This is going to be a comprehensive post, covering latest events from a number of sources. Take your time and don’t skip – you may miss something.
My thanks to Andrei Martyanov for providing the best map I have seen so far (see below) in his first blog post today (Kherson Is Taken.) – which is a couple of days out of date (but he has been to a wedding) and he was obviously catching up with events – and I will give his other posts a mention below. The map is a publication of Readovka News (read their About us and User Agreement). This appears to be a very useful new site within the Russian news-space.
“…until the goals are achieved”, means ‘as long as it takes’. It is good to see that Russia is determined to see this operation through. No short-cuts, no drop-outs, no easy let-offs. It will be accomplished when all Russia’s previous demands for security have been met – and not before. Which sort of makes the discussions between Russia and Ukraine ongoing as I write, merely a ‘show willing to talk’ event, because neither party is yet ready to bring this to any sort of early conclusion – unless I am very much mistaken.
But having said that, much of the hard work of bringing about such conditions (satisfactory to Russia – Ukraine’s needs being secondary to that) has already been achieved. Just take a look at the map – after reading some genuine narrative as to what is going on inside Ukraine (i.e. ignore all BS from MSM – and all MSM is BS).
Russia has liberated at least a third of Ukraine (as Martyanov says – ‘To Give Some Impression Of The Scope.‘) and hass broken out of the southern region to head north and west a) to meet up with the northern pincer (is it all right to use the word ‘pincer’ or is that too close to ‘blitzkrieg’ for comfort – either way it is happening and it is a fast moving encirclement), and b) to join forces with Russian troops protecting Transnistria – eventually cutting off all coastal access to Ukraine. Wouldn’t that be wonderful? A continuous land-bridge from Russia (via a newly minted ‘Novorussia’) all the way to Moldova and Transnistria. Personally, I can’t see Russia giving any of that back to Ukraine – at least not without firm guarantees for the independence of the whole of that region and the Donbass.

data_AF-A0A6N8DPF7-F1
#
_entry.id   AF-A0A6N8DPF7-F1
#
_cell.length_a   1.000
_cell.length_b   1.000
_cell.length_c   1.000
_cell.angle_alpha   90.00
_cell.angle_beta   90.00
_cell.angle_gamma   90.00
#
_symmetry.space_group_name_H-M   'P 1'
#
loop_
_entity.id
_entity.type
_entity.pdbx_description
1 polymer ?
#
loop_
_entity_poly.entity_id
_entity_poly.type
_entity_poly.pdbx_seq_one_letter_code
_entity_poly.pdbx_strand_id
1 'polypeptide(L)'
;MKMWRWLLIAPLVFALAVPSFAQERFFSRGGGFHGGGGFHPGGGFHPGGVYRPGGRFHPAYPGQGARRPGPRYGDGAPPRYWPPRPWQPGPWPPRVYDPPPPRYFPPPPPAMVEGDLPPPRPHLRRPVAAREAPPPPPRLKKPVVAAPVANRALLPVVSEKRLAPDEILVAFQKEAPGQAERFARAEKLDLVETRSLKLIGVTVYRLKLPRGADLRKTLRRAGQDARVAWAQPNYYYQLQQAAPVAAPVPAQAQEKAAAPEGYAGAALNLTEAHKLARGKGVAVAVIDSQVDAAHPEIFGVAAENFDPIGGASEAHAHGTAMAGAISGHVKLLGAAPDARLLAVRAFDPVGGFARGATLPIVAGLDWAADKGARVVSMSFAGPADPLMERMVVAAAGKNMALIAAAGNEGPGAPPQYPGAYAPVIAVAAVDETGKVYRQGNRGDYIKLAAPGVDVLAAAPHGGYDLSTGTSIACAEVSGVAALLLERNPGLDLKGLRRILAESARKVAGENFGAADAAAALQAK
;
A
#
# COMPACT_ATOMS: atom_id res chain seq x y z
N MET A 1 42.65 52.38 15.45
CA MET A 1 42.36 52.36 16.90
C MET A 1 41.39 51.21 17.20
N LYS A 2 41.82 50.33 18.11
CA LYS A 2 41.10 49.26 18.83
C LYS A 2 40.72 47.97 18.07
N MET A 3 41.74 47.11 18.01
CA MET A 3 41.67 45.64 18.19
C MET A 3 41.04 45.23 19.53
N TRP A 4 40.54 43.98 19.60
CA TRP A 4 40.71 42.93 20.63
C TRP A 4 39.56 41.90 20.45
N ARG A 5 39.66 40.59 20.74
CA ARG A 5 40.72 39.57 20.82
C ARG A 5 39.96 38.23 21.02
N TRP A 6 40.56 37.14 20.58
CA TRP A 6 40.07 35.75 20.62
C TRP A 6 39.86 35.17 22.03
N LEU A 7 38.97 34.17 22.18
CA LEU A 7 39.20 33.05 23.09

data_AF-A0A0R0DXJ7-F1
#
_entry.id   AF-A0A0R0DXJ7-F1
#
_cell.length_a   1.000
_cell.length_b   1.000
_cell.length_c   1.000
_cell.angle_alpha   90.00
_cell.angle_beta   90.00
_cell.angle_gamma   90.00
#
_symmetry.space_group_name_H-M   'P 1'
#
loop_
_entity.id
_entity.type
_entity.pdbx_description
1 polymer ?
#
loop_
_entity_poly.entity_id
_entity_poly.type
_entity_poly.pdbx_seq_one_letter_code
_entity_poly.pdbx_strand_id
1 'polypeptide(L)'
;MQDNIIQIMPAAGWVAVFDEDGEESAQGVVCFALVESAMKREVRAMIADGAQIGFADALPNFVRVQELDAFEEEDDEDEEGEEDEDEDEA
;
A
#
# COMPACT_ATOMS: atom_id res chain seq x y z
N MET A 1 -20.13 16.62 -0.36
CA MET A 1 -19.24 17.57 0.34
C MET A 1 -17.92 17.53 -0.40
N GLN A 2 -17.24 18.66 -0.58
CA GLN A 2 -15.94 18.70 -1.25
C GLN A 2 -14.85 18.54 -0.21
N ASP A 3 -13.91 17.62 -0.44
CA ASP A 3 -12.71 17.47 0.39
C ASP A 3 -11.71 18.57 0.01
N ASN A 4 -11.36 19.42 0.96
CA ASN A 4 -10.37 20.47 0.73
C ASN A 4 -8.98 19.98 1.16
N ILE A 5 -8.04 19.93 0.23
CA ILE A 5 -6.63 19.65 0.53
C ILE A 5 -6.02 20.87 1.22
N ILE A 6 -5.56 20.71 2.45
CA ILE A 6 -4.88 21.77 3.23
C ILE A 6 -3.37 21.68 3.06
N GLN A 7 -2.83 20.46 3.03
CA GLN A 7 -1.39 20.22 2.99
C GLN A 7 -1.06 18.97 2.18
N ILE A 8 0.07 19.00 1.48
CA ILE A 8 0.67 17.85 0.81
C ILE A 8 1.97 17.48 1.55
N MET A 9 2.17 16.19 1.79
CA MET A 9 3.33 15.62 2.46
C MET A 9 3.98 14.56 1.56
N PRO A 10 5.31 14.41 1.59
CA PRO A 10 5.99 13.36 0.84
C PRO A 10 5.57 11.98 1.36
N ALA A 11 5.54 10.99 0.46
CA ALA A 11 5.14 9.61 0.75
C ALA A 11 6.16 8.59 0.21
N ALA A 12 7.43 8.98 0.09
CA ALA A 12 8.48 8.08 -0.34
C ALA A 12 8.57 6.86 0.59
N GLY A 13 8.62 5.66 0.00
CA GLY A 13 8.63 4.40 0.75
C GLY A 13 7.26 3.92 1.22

Then, with Poland wanting back its old territories in the west, Rumania too, there won’t be much left of Ukraine, except what it started with many years ago – as a region of ‘border country’ (the meaning of ‘Ukraine’).
I want to include a report from Izvestia news here because it gives Russian count of destroyed Ukraine military equipment for the first time. They use the term ‘shot down’ in the English translation version, which is a little misleading. It is a count of tanks and other hardware and I think even the Ukrainians would not boast of possessing any flying tanks. ‘Shot down’ should be read as ‘destroyed’.
Interestingly, and I will finish with this (I could go on, there is much that is being revealed if you care to look), one of the first actions undertaken by Russia (to prevent external interventions I think, and to reduce opportune quick escapes by criminal elements) was to take control of Gostomel (or Hostomel – I haven’t quite worked out why ‘G’s and ‘H’s are somehow interchangeable) airport , the main international cargo airport west of Kiev. The airlift operation was carried out using 200 helicopters without a single casualty.
‘The Ministry of Defense stated that there were no losses in the Russian Armed Forces‘ – Izvestia (That post does not appear to have a url of its own so will need to scroll down a little way.)
While I am making personal observations, it is also a personal puzzlement to me why ‘Donbass’ sometimes has only one ‘s’ and, at others, two ‘s’s? My education is obviously not yet complete.